When you say hardly working if I only do OHP once per week or so, I disagree because otherwise my body specifically (you or someone else may be different. Realize this) cannot fully recover. If I push myself harder, as you are really advocating for, my results may be worse..

I also forgot to mention something very important: due to me having an anxiety disorder, my stress levels do hamper with my ability to recover and have good sleep. Alot of stress and poor sleep have definitely not been helping me to the fullest extent.

Also note that I have been taking Creatine (pure form) for about 1.5 months and it definitely helped in the beginning for sure.


#12

For squats, I am currently going to be doing 5x5 for 100 because before I was doing 5x5 150lbs but had an injury + needed to work on my butt-wink so I had to take some time off and only now am I going back up in weight.


#13

I am not by any means a skinny fat guy and note again that I am 5'8 and weigh 172 lbs or so. Every person my age can have a different maintenance level based on how their metabolism works, stress levels, quality of sleep and so forth. Based on me having experience with trying different maintenance levels, I already know mine.

The calculators online are usually off if you haven't noticed already for yourself...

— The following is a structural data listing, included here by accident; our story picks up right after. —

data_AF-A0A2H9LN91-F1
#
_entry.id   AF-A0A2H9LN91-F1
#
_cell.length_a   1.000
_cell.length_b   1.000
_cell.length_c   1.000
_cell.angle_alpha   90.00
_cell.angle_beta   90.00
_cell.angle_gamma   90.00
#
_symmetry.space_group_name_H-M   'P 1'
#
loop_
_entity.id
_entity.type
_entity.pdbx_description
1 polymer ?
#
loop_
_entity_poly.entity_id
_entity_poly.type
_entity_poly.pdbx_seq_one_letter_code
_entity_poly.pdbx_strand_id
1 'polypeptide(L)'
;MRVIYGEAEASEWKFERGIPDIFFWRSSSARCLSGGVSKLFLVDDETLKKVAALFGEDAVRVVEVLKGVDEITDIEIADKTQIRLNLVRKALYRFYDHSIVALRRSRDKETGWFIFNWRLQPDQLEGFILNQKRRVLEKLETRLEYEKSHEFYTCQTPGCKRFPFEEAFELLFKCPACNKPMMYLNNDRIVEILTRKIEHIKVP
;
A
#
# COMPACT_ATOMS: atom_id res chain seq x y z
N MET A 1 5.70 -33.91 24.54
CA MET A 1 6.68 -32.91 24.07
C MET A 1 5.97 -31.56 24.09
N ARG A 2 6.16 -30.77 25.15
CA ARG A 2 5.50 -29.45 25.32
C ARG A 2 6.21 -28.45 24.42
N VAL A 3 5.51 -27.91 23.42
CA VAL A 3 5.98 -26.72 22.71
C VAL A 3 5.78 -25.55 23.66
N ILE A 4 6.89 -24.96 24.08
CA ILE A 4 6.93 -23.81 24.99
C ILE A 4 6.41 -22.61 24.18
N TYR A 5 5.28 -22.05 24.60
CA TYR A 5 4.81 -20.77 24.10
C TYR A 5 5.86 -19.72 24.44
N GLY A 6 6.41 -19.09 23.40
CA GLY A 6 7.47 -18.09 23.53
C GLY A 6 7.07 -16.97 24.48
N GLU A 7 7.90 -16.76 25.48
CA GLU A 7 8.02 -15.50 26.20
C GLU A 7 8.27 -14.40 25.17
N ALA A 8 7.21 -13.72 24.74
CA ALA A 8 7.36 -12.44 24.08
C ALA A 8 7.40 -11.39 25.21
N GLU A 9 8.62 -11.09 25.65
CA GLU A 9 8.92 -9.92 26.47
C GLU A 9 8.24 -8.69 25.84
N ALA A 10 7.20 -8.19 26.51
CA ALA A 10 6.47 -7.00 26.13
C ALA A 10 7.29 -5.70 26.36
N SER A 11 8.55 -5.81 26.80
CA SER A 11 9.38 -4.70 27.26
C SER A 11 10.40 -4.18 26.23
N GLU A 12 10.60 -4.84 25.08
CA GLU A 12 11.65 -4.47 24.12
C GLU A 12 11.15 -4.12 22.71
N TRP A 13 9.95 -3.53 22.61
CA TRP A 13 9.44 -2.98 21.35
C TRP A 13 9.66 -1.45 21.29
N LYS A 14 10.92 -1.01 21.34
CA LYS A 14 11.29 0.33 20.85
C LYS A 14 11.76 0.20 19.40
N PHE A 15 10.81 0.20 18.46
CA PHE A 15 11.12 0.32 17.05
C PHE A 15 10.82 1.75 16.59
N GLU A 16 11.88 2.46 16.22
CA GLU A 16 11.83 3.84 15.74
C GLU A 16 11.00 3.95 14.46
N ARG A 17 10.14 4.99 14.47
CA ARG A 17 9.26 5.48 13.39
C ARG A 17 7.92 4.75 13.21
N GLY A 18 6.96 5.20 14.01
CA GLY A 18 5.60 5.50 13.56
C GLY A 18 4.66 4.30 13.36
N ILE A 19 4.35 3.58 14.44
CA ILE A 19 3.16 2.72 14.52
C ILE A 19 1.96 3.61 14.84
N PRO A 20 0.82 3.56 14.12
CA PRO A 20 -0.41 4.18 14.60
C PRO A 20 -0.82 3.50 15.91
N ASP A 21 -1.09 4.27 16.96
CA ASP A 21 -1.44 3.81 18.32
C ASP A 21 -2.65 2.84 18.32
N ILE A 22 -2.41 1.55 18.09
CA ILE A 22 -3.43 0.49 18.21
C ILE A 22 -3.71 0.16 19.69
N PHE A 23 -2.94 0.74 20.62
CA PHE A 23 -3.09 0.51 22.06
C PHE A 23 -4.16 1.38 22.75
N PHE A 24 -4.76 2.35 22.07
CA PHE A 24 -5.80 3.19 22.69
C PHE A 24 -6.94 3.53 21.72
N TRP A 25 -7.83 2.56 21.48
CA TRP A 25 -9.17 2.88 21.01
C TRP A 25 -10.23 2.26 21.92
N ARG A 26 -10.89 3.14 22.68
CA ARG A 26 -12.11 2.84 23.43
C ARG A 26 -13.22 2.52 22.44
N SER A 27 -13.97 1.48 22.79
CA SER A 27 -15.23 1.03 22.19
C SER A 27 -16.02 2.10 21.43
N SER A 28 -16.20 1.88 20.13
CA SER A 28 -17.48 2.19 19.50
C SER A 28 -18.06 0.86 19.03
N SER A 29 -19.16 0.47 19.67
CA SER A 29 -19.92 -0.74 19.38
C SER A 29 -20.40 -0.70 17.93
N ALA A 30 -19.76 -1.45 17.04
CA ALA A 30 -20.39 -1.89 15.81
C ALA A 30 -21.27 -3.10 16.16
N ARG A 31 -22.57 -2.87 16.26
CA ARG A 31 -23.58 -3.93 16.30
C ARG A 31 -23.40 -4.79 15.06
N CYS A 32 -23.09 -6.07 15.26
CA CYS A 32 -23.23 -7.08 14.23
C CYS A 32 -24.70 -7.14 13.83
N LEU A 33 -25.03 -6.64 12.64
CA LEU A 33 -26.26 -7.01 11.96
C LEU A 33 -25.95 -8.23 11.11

#14

Briefly, then you have something like:

Tuesday:
high-bar or hybrid squat, 5x5
paused bench press, from 5x8 to 7x4
barbell rows, from 5x8 to 7x3
face pulls, 3x11

Thursday: high-bar or hybrid squat, 5x5
conventional deadlift, 1x5
overhead press, 3x5
body weight chin ups mixed in with weighted chin ups, ? but something like the other volumes?
face pulls, 3x11

In terms of counting volume I'll take out the face pulls as they are not much work.

So basically, maybe 17 sets total on Tuesday and 13 sets total on Thursday? Or 30 sets per week.

I would make it more like 24 sets total each of 3x/week. Which would be about 2.5 times your present volume.

It seems to me that you're doing a good job of finding out information and working to apply it, but while I haven't followed Greg Nuckol's programs, I'm pretty sure (because it would be impossible) that he hasn't trained like the above program himself or would recommend it to someone at your stage, or actually any stage. Also I remember him as being of the volume-believing school.

A quick Googling got a quote from him:

[b]Key points

1) The most reliable way, though not the ONLY way, to get stronger is to do more.

2) Even advanced, drug-free athletes can make great progress training a lift just twice per week.

3) You probably don't need to worry about overtraining. Participants in this study squatted 8 sets to failure with 80% of their max and made sweet gainz.

If you don't understand anything else about programming, understand this:

The most reliable way to make progress is to do more.[/b]

Hey, not bad advice, not bad advice at all! :slight_smile: